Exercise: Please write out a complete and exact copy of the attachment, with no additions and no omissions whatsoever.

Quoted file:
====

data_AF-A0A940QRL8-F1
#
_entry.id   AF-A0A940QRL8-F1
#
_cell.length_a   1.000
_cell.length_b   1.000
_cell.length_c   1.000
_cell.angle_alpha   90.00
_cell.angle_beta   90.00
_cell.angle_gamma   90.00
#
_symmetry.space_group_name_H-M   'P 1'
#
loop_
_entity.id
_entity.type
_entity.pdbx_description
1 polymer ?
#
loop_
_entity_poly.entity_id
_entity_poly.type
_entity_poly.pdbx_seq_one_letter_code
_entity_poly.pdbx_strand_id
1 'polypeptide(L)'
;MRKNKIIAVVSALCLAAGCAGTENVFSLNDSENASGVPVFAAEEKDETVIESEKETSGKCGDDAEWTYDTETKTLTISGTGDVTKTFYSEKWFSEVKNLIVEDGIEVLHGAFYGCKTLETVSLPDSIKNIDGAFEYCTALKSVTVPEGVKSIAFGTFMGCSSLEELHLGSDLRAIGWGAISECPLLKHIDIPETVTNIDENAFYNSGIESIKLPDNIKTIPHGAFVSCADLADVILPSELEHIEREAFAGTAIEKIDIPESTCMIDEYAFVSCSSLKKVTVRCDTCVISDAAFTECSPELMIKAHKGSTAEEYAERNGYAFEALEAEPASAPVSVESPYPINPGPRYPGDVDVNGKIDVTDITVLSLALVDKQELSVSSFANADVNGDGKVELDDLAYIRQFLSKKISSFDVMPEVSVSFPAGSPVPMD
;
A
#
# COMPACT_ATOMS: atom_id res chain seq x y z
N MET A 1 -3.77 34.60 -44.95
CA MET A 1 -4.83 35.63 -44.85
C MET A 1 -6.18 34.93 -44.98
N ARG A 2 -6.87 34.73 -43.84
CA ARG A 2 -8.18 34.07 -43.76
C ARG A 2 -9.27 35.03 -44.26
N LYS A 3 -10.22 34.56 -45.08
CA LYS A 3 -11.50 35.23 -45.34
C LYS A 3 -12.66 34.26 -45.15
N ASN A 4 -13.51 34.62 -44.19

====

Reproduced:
data_AF-A0A940QRL8-F1
#
_entry.id   AF-A0A940QRL8-F1
#
_cell.length_a   1.000
_cell.length_b   1.000
_cell.length_c   1.000
_cell.angle_alpha   90.00
_cell.angle_beta   90.00
_cell.angle_gamma   90.00
#
_symmetry.space_group_name_H-M   'P 1'
#
loop_
_entity.id
_entity.type
_entity.pdbx_description
1 polymer ?
#
loop_
_entity_poly.entity_id
_entity_poly.type
_entity_poly.pdbx_seq_one_letter_code
_entity_poly.pdbx_strand_id
1 'polypeptide(L)'
;MRKNKIIAVVSALCLAAGCAGTENVFSLNDSENASGVPVFAAEEKDETVIESEKETSGKCGDDAEWTYDTETKTLTISGTGDVTKTFYSEKWFSEVKNLIVEDGIEVLHGAFYGCKTLETVSLPDSIKNIDGAFEYCTALKSVTVPEGVKSIAFGTFMGCSSLEELHLGSDLRAIGWGAISECPLLKHIDIPETVTNIDENAFYNSGIESIKLPDNIKTIPHGAFVSCADLADVILPSELEHIEREAFAGTAIEKIDIPESTCMIDEYAFVSCSSLKKVTVRCDTCVISDAAFTECSPELMIKAHKGSTAEEYAERNGYAFEALEAEPASAPVSVESPYPINPGPRYPGDVDVNGKIDVTDITVLSLALVDKQELSVSSFANADVNGDGKVELDDLAYIRQFLSKKISSFDVMPEVSVSFPAGSPVPMD
;
A
#
# COMPACT_ATOMS: atom_id res chain seq x y z
N MET A 1 -3.77 34.60 -44.95
CA MET A 1 -4.83 35.63 -44.85
C MET A 1 -6.18 34.93 -44.98
N ARG A 2 -6.87 34.73 -43.84
CA ARG A 2 -8.18 34.07 -43.76
C ARG A 2 -9.27 35.03 -44.26
N LYS A 3 -10.22 34.56 -45.08
CA LYS A 3 -11.50 35.23 -45.34
C LYS A 3 -12.66 34.26 -45.15
N ASN A 4 -13.51 34.62 -44.19